Michigan and Enbridge sue over oil pipeline

The governor’s decision is completely justified, according to Daniel Green, former deputy leader of the Green Party of Canada. She orders that Enbridge replace its old pipeline with a safer tunnel to move that oil, fearing that this old pipeline may leak., he explains

If I understand the governor’s position correctly, it is not antipipeline. It is for safe pipelines.

Daniel Green

Built in 1953, Enbridge’s 1,038-kilometer Line 5 is used to transport oil between western and eastern Canada across the Great Lakes. It passes, in particular, under the Straits of Mackinac which connects Lake Michigan to Lake Huron.

Daniel Green does not disapprove of Mrs. Whitmer’s decision.

Photo: Radio-Canada

It is made up of two easements, one which mainly serves American states, and one which reaches as far as Sarnia and which serves to supply Ontario and Quebec.

It is the easement to Sarnia that is in issue. Its passage through the Great Lakes prompted Governor Whitmer to demand its closure. Ms. Whitmer said in a statement feared environmental damage.

State [du Michigan] acts because of Enbridge’s persistent and incurable violations of the terms of operation of the pipeline, can we read in Governor Whitmer’s press release.

Significant environmental risks and repeated violations

For Mr. Green, the waters of the Great Lakes are far too precious. There is no question of taking risks, according to him. Knowing the Straits of Mackinac, it is not very wide, hence the term Strait, on the other hand it is at the confluence of Lake Michigan and Lake Huron. It is a hot spot that could greatly affect Canadian territorial waters, he specifies.

For the former deputy leader of the Green Party of Canada, who is now co-chair of the Society for Defeating Pollution, it is time for Enbridge to invest in safe equipment.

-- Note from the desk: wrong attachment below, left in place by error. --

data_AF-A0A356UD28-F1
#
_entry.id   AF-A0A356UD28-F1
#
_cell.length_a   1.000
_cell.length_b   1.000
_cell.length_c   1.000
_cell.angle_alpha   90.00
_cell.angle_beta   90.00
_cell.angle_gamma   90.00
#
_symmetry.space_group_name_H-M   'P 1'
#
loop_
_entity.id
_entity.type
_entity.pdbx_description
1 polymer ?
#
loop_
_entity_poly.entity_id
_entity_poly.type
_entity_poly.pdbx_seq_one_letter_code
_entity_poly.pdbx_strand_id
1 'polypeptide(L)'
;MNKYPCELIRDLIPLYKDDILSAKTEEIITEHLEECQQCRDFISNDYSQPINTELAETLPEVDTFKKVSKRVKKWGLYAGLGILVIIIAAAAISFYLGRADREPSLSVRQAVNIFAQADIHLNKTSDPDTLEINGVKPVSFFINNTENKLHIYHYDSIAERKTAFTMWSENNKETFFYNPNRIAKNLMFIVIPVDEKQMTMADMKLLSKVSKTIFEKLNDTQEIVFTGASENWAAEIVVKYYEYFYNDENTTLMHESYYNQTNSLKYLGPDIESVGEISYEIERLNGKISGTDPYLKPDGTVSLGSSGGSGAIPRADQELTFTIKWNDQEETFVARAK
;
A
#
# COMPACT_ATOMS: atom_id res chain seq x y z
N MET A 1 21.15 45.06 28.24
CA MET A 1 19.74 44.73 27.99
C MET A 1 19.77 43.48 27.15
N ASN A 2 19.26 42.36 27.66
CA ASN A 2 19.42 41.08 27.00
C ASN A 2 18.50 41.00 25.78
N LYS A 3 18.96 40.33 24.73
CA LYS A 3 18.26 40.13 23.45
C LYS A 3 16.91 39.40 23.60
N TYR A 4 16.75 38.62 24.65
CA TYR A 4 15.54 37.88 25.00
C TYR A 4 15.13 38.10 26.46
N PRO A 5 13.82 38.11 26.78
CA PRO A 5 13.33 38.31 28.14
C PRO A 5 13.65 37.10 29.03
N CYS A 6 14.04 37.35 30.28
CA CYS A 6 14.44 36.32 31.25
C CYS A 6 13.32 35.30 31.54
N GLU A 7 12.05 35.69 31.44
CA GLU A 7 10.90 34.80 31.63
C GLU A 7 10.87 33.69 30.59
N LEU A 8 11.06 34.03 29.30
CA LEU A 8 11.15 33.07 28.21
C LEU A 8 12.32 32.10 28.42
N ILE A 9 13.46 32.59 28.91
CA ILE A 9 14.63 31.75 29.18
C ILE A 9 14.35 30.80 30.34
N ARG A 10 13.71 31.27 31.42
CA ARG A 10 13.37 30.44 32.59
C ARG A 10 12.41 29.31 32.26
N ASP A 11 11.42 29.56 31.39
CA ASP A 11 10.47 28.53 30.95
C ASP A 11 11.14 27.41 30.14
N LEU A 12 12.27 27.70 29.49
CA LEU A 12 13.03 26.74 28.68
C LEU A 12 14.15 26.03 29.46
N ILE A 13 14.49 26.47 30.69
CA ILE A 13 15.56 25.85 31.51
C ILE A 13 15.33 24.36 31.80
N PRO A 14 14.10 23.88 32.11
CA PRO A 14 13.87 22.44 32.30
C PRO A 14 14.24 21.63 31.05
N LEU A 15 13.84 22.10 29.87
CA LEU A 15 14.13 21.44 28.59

Enbridge, on an ongoing basis, replaces old ends of pipeline. And yes, it’s going to be expensive, and yes there may be an interruption in the flow of oil. However, this interruption can be limited in time if Enbridge starts now to build a safe and modern tunnel pipeline for crossing the Straits of Mackinac. he adds.

Energy difficulties in anticipation for Ontario and Quebec

An opinion that Marylin Gladu, Conservative MP for Sarnia-Lambton does not share.

For Ms. Gladu, Governor Whitmer chose to create a problem where there was none. There are no problems with the line. There are a lot of studies, environmental reports that indicate that there are no problems, she explains.

Conservative MP Marilyn Gladu

Marilyn Gladu fears for jobs in the Sarnia-Lambton area.

Photo: The Canadian Press

She added that Enbridge planned to do work to make the pipeline safer and that the governor’s actions only endanger jobs.

<q data-attributes="{"lang":{"value":"fr","label":"Français"},"value":{"html":"Il y a 50000 jobs affected as well as home heating in Ontario and Quebec. […] This is serious business for Sarnia-Lambton, Michigan, Ohio, Wisconsin, Pennsylvania “,” text “:” There are 50,000 jobs being affected as well as home heating in Ontario and Quebec. […] It’s serious business for Sarnia-Lambton, Michigan, Ohio, Wisconsin, Pennsylvania “}}” lang = “en”>There are 50,000 jobs affected as well as home heating in Ontario and Quebec. […] It’s serious for businesses in Sarnia-Lambton, Michigan, Ohio, Wisconsin, PA, she specifies.

Beyond the question of jobs, what is also a question here, according to Ms. Gladu, is the energy security of Ontario and Quebec. In Sarnia the refineries and farms [en dépendent]. All the oil from Detroit and Pearson airports comes from line 5. […] In Quebec, many people heat their homes with propane. This propane comes from Sarnia, she adds.

Ms. Gladu does not understand the decision of the governor of Michigan all the more as jobs are also threatened in her state.

Refusal to comply

Anyway, Enbridge has already indicated in a press release that it did not intend to comply. Vern Yu, one of Enbridge’s vice-presidents, affirms the company’s willingness to both override the governor’s decision and challenge it in court.

We intend to continue operating Line 5 until the commissioning of a replacement pipeline, under the Strait, in the Great Lakes Tunnel, in accordance with the existing agreement with the State of Michigan, can we read in the press release.

Gretchen Whitmer, sidelined, looking at people she's talking to, in front of an American flag

Gretchen Whitmer wants to put an end to the operation of line 5.

Photo: Associated Press / Office of the Governor of Michigan

The Michigan governor’s attempt to revoke Line 5 easement is illegal and ignores science and evidence.

Enbridge press release